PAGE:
We’ve done a lot to protect WordPress, but the .htaccess file itself is still open to attacks. The following code snippet will stop anyone from accessing (reading or writing) any file that starts with “hta“.

<files ~ "^.*\.([Hh][Tt][Aa])">
order allow,deny
deny from all
satisfy all
</files>

While you can install various WordPress security plugins, sign-up for monitoring services and content delivery networks which filter your traffic, configuring .htaccess file so it strengthens your WordPress security is a good step toward that peace of mind every website owner needs.

Prevention is often the best cure.

note: Making changes to .htaccess should be pretty relaxing job, but if you use plugins (ex. WordPress SEO) for configuring .htaccess, please make sure to also have FTP credentials, just in case you need to directly access and reconfigure it.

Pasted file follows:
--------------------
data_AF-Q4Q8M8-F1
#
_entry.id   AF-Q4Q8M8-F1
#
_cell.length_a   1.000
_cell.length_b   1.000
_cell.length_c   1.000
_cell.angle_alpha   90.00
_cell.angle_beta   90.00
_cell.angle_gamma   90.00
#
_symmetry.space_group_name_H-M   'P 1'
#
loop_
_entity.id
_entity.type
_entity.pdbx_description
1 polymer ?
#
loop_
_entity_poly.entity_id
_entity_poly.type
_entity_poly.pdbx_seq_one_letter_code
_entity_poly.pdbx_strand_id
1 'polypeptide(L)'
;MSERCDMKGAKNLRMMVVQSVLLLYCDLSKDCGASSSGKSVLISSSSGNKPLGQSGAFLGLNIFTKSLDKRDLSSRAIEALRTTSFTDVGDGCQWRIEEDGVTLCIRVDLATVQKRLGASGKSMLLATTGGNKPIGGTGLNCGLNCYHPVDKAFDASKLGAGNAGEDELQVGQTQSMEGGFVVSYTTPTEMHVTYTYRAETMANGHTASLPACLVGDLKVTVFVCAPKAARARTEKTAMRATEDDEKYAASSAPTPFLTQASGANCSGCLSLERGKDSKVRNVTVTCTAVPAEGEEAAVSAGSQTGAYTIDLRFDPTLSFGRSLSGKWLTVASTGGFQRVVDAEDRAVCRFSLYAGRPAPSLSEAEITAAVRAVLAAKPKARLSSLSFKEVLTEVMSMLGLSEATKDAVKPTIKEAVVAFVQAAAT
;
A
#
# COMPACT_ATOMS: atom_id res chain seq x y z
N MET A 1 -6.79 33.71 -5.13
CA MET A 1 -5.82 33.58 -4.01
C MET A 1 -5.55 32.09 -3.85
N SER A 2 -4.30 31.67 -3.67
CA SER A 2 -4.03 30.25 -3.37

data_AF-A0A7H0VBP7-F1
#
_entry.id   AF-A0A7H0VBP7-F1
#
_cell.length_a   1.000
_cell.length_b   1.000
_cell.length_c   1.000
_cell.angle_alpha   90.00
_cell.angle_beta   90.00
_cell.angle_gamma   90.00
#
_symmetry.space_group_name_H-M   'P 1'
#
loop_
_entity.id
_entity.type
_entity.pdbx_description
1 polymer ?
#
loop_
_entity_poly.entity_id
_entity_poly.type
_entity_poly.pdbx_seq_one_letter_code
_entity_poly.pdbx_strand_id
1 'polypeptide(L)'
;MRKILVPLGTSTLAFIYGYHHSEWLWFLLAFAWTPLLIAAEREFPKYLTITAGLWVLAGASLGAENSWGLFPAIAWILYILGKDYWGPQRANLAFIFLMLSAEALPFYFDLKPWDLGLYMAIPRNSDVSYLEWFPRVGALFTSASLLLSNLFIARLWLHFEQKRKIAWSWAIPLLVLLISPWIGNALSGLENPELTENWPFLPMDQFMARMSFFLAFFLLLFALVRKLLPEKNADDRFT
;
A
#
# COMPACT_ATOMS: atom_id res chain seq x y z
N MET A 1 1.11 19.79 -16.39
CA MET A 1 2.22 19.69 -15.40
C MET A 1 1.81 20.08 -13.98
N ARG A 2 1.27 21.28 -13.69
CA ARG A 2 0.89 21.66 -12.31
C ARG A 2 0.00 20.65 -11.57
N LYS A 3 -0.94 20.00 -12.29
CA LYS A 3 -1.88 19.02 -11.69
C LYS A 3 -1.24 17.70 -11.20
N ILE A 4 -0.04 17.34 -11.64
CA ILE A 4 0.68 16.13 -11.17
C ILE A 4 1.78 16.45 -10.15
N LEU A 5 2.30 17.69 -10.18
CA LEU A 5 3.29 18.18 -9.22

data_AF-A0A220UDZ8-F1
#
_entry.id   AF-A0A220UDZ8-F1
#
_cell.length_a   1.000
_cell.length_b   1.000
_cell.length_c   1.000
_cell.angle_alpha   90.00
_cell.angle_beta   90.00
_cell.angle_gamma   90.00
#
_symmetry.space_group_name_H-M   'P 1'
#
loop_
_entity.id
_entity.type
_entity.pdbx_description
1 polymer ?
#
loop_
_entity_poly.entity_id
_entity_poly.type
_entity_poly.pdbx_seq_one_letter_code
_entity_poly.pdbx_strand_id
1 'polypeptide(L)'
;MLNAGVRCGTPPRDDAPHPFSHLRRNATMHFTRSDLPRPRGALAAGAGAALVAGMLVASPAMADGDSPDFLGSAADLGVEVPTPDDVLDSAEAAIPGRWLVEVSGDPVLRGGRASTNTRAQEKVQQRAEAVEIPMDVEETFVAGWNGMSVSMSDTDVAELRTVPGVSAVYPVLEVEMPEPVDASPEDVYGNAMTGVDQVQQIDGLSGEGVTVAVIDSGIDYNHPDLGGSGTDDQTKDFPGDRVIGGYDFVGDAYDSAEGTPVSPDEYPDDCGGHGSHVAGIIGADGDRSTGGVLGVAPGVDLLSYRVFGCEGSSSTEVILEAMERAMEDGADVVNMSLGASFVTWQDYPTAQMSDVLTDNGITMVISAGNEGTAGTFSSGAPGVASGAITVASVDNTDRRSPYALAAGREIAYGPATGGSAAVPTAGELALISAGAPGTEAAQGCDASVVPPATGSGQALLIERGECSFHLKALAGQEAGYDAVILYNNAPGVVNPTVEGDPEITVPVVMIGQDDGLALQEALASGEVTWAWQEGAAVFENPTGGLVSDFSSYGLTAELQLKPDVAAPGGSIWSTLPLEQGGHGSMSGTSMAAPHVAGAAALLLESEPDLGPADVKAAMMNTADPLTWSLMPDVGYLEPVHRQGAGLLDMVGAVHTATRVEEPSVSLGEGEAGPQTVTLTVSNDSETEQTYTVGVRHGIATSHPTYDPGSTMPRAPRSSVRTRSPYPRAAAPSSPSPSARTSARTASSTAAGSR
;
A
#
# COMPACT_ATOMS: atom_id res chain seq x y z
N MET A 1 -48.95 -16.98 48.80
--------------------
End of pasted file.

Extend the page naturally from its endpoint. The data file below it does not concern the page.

Still not convinced you need to act? Why don’t you check out this nice “What if your WordPress gets hacked” infographic.

WordPress Security Infographic by StartBloggingOnline.com

Security, as everything in life, ultimately comes down to user behavior – avoiding risky situations, untrusted hosting companies and weak passwords, always using plugins developed with WordPress best practices in mind, updating your software regularly, etc. You can read more about WordPress security on Search Engine Journal blog.

If you use code snippets other than the ones listed here, feel free to share them with us and don’t forget to sign up for more WordPress tips.

Dragan Nikolic
I am the SEO & social media guy here at ThematoSoup, sharing tips on how to simplify your online business and make it more manageable.
Dragan Nikolic

@NikolicDragan